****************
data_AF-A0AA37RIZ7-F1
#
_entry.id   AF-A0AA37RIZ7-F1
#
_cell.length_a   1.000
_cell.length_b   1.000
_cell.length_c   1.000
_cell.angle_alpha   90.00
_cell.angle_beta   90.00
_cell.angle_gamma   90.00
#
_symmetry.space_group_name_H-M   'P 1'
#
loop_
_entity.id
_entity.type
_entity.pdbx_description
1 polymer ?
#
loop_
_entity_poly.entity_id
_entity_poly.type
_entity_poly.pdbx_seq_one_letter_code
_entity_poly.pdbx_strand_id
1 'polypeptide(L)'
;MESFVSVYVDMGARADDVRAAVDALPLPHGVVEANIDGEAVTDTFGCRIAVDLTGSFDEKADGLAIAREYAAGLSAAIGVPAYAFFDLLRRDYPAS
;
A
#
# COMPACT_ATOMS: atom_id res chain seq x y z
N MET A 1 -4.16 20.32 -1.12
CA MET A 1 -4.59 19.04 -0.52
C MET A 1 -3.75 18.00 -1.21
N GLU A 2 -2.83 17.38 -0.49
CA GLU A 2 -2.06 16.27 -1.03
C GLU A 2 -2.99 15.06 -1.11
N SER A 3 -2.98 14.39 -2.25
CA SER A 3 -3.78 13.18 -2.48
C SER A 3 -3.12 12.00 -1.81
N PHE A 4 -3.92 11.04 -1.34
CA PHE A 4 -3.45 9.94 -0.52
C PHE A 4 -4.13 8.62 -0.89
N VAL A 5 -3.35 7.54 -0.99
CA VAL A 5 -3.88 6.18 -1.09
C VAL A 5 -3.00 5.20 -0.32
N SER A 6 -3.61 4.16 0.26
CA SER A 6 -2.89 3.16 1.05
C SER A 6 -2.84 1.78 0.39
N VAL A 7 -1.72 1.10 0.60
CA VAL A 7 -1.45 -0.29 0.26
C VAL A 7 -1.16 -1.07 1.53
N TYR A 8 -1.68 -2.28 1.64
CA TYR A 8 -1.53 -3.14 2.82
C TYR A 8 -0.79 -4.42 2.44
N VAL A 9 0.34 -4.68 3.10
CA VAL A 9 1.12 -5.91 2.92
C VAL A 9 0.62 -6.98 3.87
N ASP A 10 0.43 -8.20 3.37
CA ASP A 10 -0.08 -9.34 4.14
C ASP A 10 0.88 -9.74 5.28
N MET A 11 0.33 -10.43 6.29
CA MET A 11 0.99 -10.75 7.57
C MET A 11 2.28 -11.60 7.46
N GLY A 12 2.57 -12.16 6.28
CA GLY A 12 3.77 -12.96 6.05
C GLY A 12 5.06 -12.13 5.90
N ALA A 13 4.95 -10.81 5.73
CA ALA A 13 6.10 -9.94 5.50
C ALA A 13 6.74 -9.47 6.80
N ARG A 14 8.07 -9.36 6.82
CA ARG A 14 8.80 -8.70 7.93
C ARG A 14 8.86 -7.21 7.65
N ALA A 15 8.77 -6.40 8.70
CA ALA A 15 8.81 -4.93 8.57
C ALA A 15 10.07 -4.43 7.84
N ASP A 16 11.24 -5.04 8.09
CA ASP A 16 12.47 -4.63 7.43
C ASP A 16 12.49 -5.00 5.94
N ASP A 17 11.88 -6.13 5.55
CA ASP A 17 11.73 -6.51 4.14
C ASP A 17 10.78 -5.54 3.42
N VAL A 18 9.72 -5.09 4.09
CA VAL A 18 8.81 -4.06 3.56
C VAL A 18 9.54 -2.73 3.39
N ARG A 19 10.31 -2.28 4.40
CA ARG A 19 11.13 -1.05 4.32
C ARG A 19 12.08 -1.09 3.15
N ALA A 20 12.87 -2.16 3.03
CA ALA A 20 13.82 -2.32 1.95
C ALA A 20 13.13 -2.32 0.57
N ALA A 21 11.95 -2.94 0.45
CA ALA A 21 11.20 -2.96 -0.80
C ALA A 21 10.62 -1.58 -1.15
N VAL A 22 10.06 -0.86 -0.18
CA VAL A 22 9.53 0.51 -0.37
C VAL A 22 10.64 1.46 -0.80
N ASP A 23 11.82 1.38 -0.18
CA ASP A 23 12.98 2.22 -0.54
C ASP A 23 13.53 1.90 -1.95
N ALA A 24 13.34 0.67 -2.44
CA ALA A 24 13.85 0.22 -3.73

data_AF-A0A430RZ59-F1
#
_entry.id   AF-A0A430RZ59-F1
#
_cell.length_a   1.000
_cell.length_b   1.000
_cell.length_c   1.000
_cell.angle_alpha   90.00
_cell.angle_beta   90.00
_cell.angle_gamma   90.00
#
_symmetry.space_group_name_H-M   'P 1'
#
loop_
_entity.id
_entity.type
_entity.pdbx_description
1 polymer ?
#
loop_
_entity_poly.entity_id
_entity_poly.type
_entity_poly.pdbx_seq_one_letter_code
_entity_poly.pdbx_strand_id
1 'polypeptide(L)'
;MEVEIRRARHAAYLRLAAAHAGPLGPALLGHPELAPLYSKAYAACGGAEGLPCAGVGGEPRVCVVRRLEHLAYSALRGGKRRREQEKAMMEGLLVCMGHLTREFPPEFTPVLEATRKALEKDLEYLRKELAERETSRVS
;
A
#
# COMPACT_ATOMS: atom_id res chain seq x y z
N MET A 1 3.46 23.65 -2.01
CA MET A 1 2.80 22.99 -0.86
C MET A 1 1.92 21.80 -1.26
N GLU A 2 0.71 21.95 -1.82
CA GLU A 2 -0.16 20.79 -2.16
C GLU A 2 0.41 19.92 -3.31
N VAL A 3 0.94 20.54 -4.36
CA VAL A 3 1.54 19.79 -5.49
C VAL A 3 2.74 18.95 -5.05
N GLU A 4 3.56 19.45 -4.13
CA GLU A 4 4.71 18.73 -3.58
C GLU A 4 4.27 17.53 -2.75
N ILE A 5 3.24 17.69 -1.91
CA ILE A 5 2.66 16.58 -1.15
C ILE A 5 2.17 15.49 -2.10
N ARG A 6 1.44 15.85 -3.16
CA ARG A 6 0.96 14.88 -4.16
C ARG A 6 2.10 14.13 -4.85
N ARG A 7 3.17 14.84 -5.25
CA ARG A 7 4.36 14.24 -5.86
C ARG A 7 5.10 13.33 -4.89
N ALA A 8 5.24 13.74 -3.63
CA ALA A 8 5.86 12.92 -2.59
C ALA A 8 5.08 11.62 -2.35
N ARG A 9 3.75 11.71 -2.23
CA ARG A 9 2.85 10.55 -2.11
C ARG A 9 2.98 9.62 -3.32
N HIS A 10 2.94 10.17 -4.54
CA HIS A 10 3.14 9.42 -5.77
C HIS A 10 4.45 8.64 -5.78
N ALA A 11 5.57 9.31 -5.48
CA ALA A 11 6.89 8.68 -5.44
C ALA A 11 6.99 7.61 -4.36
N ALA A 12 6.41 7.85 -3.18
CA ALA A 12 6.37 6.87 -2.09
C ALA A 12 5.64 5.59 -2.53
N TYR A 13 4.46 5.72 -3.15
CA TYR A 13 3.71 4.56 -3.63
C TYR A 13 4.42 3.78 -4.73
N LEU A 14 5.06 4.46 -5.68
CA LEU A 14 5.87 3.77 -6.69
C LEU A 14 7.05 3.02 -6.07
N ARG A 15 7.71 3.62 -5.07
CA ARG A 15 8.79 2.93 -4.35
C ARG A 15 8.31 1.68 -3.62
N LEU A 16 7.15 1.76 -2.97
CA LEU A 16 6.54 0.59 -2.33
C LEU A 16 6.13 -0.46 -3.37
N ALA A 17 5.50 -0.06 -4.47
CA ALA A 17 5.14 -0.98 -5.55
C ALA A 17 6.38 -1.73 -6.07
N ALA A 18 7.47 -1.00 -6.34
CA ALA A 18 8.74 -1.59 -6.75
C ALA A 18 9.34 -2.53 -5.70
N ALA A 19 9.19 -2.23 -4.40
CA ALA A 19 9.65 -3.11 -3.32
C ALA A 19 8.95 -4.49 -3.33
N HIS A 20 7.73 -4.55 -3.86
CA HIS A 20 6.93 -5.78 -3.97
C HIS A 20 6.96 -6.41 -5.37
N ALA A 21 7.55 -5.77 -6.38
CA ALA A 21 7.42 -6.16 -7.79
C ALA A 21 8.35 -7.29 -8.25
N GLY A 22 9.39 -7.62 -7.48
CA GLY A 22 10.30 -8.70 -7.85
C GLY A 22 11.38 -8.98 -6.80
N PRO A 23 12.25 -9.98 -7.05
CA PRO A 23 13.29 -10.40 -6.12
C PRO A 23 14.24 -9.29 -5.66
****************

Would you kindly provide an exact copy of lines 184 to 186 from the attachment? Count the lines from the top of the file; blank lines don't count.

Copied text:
CA ALA A 18 8.74 -1.59 -6.75
C ALA A 18 9.34 -2.53 -5.70
N ALA A 19 9.19 -2.23 -4.40